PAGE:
A cost-effectiveness analysis of four approaches to universal screening for academic risk in reading in upper elementary and middle school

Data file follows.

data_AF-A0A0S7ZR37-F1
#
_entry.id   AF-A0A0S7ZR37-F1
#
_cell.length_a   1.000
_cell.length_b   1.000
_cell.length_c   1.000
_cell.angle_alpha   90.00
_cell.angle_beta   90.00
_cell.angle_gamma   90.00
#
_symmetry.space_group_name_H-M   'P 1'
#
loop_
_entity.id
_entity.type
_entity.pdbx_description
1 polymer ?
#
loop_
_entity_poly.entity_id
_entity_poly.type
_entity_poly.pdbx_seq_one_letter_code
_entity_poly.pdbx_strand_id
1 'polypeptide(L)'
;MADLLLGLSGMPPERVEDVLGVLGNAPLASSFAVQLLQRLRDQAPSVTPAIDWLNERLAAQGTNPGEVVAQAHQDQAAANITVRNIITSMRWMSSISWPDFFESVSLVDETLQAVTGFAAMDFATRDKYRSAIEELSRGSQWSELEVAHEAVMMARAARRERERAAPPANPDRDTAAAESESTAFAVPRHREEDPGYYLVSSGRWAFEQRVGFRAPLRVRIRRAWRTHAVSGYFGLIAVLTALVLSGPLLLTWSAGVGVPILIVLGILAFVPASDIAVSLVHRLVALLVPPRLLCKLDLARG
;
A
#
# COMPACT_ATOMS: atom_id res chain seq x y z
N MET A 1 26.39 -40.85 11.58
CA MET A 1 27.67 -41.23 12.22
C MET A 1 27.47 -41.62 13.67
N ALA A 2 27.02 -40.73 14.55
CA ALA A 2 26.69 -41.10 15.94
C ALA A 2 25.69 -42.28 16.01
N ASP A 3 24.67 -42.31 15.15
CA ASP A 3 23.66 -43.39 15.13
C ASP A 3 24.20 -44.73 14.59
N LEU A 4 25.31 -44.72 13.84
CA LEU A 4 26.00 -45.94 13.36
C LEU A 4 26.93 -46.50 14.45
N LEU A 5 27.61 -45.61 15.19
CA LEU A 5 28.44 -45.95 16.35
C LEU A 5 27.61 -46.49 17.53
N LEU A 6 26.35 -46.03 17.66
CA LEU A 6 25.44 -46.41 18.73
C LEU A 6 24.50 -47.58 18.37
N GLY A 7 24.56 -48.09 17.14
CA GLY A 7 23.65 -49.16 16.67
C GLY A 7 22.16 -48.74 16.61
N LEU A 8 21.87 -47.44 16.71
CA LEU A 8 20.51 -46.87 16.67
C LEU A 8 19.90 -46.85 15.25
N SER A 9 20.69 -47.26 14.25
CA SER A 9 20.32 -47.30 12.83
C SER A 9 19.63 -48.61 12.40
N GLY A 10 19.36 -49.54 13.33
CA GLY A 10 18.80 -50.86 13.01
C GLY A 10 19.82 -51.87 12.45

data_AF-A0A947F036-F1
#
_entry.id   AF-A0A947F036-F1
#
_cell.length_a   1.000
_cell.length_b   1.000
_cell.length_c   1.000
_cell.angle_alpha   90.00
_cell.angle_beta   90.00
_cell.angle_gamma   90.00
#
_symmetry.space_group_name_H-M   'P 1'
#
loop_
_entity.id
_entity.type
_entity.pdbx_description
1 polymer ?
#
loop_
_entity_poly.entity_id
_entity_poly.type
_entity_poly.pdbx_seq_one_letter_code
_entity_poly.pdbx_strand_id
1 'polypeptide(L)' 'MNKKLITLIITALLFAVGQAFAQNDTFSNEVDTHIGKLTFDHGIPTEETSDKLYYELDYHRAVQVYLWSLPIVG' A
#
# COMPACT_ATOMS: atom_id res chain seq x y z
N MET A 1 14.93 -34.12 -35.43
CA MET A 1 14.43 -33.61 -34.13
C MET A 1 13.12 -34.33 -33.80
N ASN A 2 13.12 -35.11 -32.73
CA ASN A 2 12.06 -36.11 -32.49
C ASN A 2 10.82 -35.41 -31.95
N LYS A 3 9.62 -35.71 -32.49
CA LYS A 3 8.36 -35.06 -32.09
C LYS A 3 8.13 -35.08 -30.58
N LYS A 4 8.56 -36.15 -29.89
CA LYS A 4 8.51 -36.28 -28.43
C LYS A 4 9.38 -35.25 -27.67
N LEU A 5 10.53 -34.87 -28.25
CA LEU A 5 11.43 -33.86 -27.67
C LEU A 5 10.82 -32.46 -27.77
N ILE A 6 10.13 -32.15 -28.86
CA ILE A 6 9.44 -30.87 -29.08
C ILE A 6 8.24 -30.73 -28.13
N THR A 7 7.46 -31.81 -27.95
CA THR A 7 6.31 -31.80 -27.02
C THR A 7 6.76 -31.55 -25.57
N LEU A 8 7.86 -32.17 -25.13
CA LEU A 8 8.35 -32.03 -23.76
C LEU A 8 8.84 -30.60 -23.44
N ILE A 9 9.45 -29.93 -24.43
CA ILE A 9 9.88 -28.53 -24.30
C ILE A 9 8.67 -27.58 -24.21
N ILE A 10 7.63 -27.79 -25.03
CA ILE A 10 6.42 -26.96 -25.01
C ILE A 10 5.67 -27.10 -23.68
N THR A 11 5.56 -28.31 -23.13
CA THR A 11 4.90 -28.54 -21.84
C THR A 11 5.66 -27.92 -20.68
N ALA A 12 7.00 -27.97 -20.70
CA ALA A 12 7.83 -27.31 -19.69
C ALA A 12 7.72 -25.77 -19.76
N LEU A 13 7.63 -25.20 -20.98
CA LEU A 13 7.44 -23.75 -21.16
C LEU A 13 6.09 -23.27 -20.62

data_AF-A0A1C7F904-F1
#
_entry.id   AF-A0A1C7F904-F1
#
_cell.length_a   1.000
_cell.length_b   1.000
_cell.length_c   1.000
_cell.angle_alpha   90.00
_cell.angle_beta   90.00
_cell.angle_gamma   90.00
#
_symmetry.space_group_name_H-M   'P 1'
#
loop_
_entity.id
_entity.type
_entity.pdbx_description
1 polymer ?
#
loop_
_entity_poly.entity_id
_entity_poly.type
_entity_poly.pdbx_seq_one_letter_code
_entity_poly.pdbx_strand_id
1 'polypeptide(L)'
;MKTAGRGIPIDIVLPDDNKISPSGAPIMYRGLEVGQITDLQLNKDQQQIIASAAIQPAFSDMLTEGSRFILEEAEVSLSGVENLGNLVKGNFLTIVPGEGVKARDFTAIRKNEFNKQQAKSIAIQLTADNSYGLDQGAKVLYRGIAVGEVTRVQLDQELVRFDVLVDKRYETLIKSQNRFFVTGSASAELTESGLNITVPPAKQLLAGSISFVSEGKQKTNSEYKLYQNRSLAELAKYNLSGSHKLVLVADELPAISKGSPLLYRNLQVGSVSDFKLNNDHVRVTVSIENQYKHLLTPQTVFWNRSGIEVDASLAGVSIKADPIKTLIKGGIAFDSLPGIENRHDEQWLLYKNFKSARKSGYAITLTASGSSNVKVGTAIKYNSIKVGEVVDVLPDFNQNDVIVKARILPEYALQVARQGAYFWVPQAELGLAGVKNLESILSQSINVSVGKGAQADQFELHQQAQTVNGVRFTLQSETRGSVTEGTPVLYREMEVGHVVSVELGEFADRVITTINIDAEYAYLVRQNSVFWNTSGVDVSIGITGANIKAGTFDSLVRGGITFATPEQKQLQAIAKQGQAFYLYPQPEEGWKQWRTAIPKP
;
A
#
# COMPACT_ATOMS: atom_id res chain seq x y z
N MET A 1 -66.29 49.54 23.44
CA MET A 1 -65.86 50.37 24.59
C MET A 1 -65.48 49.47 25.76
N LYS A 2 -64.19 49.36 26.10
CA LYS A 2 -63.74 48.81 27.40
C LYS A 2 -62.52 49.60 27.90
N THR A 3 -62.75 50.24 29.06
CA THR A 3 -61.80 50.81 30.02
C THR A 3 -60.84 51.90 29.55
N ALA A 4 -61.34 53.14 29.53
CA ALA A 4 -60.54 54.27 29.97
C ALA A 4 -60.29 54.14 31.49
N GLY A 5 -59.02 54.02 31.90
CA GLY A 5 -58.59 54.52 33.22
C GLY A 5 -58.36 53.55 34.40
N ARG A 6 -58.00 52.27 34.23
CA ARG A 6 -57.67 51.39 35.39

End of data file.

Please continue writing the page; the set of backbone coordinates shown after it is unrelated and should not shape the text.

Validations of academic screening tools and models have typically focused on technical adequacy without meaningfully considering costs and value. Educators in upper elementary and middle school have access to more student achievement data, which makes the evaluation of the costs of collecting new data for screening purposes paramount. I conducted a retrospective analysis of four approaches to reading screening using cost-effectiveness analysis. Curriculum-based measurement (CBM) and statewide achievement test data were collected by a midsize school district in Texas for 19,417 students in grades 4 through 8. I analyzed the total cost, the diagnostic accuracy based on local cut-scores derived using Receiver Operating Characteristic analysis, and the cost-effectiveness of each approach. Full implementation of the fall administration of the reading CBM cost the district $60,352.90 in upper elementary and $86,752.15 in middle school. Both the use of prior year statewide achievement test data alone and the multivariate model met typical recommendations for diagnostic accuracy. The multiple gate model produced the lowest cost-effectiveness ratio at $151.03 per additional student accurately classified in upper elementary and $186.10 in middle school, but also led to the highest number of false negatives. The use of a CBM alone resulted in the highest costs and lowest diagnostic accuracy. The results suggest that the use of prior year statewide achievement test data in grades 4 through 8 is an efficient data source for universal screening and may provide the benefit of allowing schools to shift resources from screening to other educational priorities in these grade levels.